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Poplar v Red Cedar

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  • James Winkler
    Hummm... good question, Is Western Red Cedar softer and weaker than Poplar? Well... refering to The Wood Book and another resource... PINACEAE - Western
    Message 1 of 1 , May 5, 2005
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      Hummm...  good question, "Is Western Red Cedar softer and weaker than Poplar?"
      Well...  refering to "The Wood Book" and another resource...
      PINACEAE -
      Western Red Cedar, Western or Giant Arbor-vitae, Canoe Cedar (Thuja plicata):  Very light, soft, not strong, brittle course grained; very resistant to rotting in the ground.  Use: Interior furnishings, doors, window frames, fences, roof shingles, cabinets, etc.  Used for huts, totem poles, and war canoes by American Indians, Inner bark fibers for ropes, cloth, shawls, etc.
      http://www2.fpl.fs.fed.us/TechSheets/SoftwoodNA/html/Docs/thujapicata.html sez [Center for Wood Anatomy Reseach - USDA Forest Service], "General Wood Characteristics: The heartwood of western red cedar is reddish or pinkish brown to dull brown and the sapwood nearly white. The sapwood is narrow, often not over 1 inch in width. The wood is generally straight grained and has a uniform but rather coarse texture. It has very small shrinkage. This species is light in weight, moderately soft, low in strength when used as a beam or posts, and low in shock resistance. Its heartwood very resistant to decay."
      'Poplar'... [Umm... shows several different names...  Carolina, Italian, Lombardy, Necklace, Silver-leaf, Swamp, White and Yellow... all found in North America...]
      Carolina Poplar, Necklace Poplar; Eastern Cottonwood (Populus deltoides): Light soft, not strong, and close-grained; warps as it drys and is extremely difficult to season.  Heartwood dark brown; sapwood thick, almost white.  Use:  For paper pulp, cheap packaging and firewood.
      [Hummm... they seem a little rough on Carolina Poplar...  how rude... 'firewood'!!!!]
      Italian or Lombardy Poplar (populus nigra L. "Italica"):  [sez' Wood: like other poplars] Use:  Extensively used for matches, cardboard and paper pulp, otherwise of little value.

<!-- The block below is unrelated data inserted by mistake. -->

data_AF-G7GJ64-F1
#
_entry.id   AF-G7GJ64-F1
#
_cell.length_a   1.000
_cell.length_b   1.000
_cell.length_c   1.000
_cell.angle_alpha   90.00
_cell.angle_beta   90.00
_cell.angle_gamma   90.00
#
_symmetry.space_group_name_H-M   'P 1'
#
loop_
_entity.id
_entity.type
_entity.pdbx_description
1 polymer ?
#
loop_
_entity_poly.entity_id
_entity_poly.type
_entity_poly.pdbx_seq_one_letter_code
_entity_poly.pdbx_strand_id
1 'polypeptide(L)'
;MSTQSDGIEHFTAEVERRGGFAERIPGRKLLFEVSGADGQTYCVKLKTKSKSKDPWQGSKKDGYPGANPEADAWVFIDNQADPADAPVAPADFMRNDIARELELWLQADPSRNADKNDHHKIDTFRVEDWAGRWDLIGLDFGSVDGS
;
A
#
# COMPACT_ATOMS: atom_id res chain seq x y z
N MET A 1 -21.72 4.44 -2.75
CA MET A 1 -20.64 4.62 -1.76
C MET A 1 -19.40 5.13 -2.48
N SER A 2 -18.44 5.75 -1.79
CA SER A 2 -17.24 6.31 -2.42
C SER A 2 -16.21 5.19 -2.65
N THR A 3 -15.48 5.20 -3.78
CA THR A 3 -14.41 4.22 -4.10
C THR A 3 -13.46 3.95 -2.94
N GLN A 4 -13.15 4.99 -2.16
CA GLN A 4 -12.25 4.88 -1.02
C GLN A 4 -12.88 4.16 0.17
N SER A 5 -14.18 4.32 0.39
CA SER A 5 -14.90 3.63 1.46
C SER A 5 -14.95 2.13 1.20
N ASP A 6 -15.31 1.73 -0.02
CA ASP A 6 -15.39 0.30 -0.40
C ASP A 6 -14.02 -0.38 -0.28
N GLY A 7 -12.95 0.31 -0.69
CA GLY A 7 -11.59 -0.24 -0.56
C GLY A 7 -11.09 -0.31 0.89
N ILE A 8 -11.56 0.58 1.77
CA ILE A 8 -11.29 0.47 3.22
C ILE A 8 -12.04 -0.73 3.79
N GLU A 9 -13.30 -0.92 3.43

[Populus nigra doesn't fair much better...]
      White Poplar, Abele, Silver-leaf Poplar (Populus alba)  Wood... light, soft, tough.  Heartwood reddish yellow, sapwood almost white.  Use:  generally only for paper pulp, though locally for small wooden objects.
      Then we got:
      Black Cottonwood, Balsam Cottonwood, Cottonwood, Balsam Poplar (Populus balsamifera L. subsp trichocarpa) :  Light and soft, Pale brown, thin, almost white sapwood...   Use:  barrels, butter churns, bowls and tableware.  Extensive use by American Indians for canoes, and the roots for hats and baskets.
      Big-toothed Aspen, Canadian Aspen (Populus grandidentata):  Light, soft, not strong and close grained.  Heartwood pale brown; sapwood almost white.  Use; Mainly for pulp, occasionally for building and in turnery.
      By the way... 'The Wood Book' is a reprint of "The American Woods (1888-1913, 1928) by Romeyn Beck Hough)... its published by TASCHEN (easy to spot if you find a copy... it comes in a wooden box... and is expensive.  There is no ISBN.
      The book is an anthology of North American woods in three languages and with some amazing color photographs of each of the woods identifed... showing a transverse section of a plank... a radial section and a tangential section.  
      I'll save all the stuff on poplar... but, if ya' check out http://www2.fpl.fs.fed.us/  you'll find the 'Center for Wood Anatomy Research'...  its worth checking out... more technical data on wood than ya' can shake a splinter of fatwood at...
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